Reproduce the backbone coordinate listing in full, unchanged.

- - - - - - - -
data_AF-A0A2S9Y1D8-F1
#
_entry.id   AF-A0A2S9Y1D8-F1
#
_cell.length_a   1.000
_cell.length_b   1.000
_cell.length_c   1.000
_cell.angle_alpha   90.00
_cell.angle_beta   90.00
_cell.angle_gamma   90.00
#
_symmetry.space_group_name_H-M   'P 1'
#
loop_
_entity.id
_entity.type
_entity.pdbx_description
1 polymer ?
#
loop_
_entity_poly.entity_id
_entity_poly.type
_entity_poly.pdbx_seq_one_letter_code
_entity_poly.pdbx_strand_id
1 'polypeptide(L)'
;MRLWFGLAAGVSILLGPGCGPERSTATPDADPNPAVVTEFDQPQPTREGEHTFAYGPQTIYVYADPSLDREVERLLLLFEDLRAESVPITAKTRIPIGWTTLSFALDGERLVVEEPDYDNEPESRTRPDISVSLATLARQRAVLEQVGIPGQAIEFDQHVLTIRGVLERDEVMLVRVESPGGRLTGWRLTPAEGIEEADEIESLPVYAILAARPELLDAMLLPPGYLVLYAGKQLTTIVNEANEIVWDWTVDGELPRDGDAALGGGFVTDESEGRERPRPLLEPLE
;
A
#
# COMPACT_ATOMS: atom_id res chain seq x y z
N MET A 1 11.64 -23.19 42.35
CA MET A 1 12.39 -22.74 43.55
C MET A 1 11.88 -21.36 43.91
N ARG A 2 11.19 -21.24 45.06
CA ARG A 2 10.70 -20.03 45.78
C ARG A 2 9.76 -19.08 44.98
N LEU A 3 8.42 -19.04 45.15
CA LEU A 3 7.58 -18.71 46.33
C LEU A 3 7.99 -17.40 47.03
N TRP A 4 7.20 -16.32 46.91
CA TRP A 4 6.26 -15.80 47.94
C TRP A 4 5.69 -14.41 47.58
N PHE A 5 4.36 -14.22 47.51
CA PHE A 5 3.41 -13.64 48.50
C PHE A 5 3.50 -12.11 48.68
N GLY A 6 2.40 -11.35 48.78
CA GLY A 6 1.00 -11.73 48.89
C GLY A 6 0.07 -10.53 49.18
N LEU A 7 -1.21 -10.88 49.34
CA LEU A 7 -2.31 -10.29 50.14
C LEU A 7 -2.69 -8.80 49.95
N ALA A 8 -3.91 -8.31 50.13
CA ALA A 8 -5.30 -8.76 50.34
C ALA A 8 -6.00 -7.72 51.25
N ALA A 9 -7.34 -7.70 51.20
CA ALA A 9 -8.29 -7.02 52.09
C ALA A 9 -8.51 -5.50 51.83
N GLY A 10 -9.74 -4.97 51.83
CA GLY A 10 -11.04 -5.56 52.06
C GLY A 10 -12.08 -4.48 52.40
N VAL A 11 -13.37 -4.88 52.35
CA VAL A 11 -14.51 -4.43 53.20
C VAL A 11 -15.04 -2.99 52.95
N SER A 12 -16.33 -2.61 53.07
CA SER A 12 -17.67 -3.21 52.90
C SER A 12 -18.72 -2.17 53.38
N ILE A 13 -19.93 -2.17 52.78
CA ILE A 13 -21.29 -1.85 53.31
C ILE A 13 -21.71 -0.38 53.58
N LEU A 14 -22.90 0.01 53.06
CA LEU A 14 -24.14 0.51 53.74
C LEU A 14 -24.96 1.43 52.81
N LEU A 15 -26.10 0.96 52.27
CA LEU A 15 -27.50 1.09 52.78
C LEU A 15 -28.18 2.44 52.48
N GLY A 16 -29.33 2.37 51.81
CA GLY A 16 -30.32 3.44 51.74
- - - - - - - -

data_AF-A0A2S9Y1D8-F1
#
_entry.id   AF-A0A2S9Y1D8-F1
#
_cell.length_a   1.000
_cell.length_b   1.000
_cell.length_c   1.000
_cell.angle_alpha   90.00
_cell.angle_beta   90.00
_cell.angle_gamma   90.00
#
_symmetry.space_group_name_H-M   'P 1'
#
loop_
_entity.id
_entity.type
_entity.pdbx_description
1 polymer ?
#
loop_
_entity_poly.entity_id
_entity_poly.type
_entity_poly.pdbx_seq_one_letter_code
_entity_poly.pdbx_strand_id
1 'polypeptide(L)'
;MRLWFGLAAGVSILLGPGCGPERSTATPDADPNPAVVTEFDQPQPTREGEHTFAYGPQTIYVYADPSLDREVERLLLLFEDLRAESVPITAKTRIPIGWTTLSFALDGERLVVEEPDYDNEPESRTRPDISVSLATLARQRAVLEQVGIPGQAIEFDQHVLTIRGVLERDEVMLVRVESPGGRLTGWRLTPAEGIEEADEIESLPVYAILAARPELLDAMLLPPGYLVLYAGKQLTTIVNEANEIVWDWTVDGELPRDGDAALGGGFVTDESEGRERPRPLLEPLE
;
A
#
# COMPACT_ATOMS: atom_id res chain seq x y z
N MET A 1 11.64 -23.19 42.35
CA MET A 1 12.39 -22.74 43.55
C MET A 1 11.88 -21.36 43.91
N ARG A 2 11.19 -21.24 45.06
CA ARG A 2 10.70 -20.03 45.78
C ARG A 2 9.76 -19.08 44.98
N LEU A 3 8.42 -19.04 45.15
CA LEU A 3 7.58 -18.71 46.33
C LEU A 3 7.99 -17.40 47.03
N TRP A 4 7.20 -16.32 46.91
CA TRP A 4 6.26 -15.80 47.94
C TRP A 4 5.69 -14.41 47.58
N PHE A 5 4.36 -14.22 47.51
CA PHE A 5 3.41 -13.64 48.50
C PHE A 5 3.50 -12.11 48.68
N GLY A 6 2.40 -11.35 48.78
CA GLY A 6 1.00 -11.73 48.89
C GLY A 6 0.07 -10.53 49.18
N LEU A 7 -1.21 -10.88 49.34
CA LEU A 7 -2.31 -10.29 50.14
C LEU A 7 -2.69 -8.80 49.95
N ALA A 8 -3.91 -8.31 50.13
CA ALA A 8 -5.30 -8.76 50.34
C ALA A 8 -6.00 -7.72 51.25
N ALA A 9 -7.34 -7.70 51.20
CA ALA A 9 -8.29 -7.02 52.09
C ALA A 9 -8.51 -5.50 51.83
N GLY A 10 -9.74 -4.97 51.83
CA GLY A 10 -11.04 -5.56 52.06
C GLY A 10 -12.08 -4.48 52.40
N VAL A 11 -13.37 -4.88 52.35
CA VAL A 11 -14.51 -4.43 53.20
C VAL A 11 -15.04 -2.99 52.95
N SER A 12 -16.33 -2.61 53.07
CA SER A 12 -17.67 -3.21 52.90
C SER A 12 -18.72 -2.17 53.38
N ILE A 13 -19.93 -2.17 52.78
CA ILE A 13 -21.29 -1.85 53.31
C ILE A 13 -21.71 -0.38 53.58
N LEU A 14 -22.90 0.01 53.06
CA LEU A 14 -24.14 0.51 53.74
C LEU A 14 -24.96 1.43 52.81
N LEU A 15 -26.10 0.96 52.27
CA LEU A 15 -27.50 1.09 52.78
C LEU A 15 -28.18 2.44 52.48
N GLY A 16 -29.33 2.37 51.81
CA GLY A 16 -30.32 3.44 51.74